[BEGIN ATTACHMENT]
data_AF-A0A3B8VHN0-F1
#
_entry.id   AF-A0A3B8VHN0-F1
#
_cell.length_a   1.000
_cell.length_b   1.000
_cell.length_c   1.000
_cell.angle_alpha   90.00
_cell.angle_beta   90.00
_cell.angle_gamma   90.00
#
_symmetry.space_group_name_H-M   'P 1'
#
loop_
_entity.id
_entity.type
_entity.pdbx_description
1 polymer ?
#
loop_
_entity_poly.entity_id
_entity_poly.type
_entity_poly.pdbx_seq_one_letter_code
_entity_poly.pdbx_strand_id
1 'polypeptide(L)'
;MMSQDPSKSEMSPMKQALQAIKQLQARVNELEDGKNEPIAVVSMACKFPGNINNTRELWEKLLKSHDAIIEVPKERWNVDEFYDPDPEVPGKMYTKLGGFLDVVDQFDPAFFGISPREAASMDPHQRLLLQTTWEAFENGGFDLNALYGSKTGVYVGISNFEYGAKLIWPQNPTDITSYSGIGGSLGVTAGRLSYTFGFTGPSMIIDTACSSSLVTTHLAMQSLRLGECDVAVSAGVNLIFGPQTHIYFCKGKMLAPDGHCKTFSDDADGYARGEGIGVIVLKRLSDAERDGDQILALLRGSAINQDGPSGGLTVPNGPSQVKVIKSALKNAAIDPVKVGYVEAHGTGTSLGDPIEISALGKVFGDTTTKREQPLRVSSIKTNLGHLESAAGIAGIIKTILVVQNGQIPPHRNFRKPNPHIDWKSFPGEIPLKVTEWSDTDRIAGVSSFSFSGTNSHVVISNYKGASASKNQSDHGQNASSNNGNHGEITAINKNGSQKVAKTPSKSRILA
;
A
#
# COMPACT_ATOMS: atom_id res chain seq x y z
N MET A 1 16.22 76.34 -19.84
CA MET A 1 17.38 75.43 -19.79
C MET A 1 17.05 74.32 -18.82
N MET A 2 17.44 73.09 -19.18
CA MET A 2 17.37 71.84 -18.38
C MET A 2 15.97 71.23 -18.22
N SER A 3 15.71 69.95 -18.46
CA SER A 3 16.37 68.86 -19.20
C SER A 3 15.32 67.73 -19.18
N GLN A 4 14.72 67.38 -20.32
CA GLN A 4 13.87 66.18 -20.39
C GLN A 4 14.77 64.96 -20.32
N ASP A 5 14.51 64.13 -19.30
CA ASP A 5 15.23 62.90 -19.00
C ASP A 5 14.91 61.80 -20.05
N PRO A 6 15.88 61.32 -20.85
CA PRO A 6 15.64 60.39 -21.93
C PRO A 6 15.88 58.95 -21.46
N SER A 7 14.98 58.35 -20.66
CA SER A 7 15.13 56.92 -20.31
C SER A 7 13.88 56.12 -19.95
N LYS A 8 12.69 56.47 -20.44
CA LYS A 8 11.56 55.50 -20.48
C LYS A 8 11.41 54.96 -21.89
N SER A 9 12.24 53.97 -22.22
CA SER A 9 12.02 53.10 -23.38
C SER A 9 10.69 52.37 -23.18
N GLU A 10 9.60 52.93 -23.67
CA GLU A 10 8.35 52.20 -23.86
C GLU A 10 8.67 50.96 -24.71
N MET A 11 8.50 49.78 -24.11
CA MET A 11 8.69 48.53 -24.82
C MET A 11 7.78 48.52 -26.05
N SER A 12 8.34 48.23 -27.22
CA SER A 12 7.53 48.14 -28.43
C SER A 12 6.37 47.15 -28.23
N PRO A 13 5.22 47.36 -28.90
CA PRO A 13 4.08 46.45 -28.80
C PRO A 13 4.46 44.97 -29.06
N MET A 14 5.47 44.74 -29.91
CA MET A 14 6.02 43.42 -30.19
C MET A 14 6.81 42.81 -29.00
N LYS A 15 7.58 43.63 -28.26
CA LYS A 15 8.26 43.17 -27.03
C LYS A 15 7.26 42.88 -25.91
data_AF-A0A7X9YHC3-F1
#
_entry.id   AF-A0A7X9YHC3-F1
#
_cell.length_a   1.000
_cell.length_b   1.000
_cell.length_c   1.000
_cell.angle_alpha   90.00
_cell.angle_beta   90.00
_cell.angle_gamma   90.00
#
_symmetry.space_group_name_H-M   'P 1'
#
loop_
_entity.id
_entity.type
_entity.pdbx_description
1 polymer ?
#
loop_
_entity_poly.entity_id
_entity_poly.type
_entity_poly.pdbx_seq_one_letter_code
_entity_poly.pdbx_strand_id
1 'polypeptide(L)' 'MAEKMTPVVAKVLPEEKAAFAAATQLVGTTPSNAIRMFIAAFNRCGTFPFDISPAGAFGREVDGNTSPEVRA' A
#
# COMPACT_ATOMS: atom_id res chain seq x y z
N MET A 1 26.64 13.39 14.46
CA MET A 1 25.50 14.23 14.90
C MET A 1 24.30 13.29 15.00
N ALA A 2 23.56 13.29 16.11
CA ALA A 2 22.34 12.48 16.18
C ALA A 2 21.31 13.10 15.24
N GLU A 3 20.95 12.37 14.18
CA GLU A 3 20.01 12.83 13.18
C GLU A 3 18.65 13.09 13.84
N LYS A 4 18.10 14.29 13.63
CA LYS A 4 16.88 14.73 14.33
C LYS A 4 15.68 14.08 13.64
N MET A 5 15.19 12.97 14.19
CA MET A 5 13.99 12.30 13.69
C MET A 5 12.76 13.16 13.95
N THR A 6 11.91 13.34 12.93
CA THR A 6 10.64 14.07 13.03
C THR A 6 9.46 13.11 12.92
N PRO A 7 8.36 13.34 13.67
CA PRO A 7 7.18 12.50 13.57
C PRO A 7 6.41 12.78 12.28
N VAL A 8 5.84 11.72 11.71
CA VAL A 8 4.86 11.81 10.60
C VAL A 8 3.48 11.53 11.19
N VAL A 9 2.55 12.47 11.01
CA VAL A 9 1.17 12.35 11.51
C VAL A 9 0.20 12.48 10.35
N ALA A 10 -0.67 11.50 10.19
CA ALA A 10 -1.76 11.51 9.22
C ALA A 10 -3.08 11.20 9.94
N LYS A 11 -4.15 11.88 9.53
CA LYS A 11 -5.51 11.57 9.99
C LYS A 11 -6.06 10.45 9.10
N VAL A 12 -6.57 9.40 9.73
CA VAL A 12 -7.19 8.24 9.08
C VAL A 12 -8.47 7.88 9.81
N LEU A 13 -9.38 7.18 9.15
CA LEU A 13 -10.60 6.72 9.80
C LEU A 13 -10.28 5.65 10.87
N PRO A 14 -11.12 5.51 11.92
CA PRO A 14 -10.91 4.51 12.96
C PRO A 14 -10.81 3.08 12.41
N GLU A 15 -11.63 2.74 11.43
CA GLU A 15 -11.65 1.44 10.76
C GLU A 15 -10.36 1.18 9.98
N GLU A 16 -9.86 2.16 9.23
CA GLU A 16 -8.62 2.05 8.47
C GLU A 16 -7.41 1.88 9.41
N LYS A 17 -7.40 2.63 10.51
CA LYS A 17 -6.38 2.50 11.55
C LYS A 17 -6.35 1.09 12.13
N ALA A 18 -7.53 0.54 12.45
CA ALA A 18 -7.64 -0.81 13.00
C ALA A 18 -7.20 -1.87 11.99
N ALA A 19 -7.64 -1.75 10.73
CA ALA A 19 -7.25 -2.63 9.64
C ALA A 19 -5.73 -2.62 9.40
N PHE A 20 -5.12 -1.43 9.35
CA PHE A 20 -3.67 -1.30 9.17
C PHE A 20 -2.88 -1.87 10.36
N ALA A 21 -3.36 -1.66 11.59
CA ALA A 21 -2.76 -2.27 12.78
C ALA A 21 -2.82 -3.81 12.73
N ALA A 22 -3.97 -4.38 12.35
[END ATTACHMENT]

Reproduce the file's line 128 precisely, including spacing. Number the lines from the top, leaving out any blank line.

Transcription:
CA VAL A 9 1.17 12.35 11.51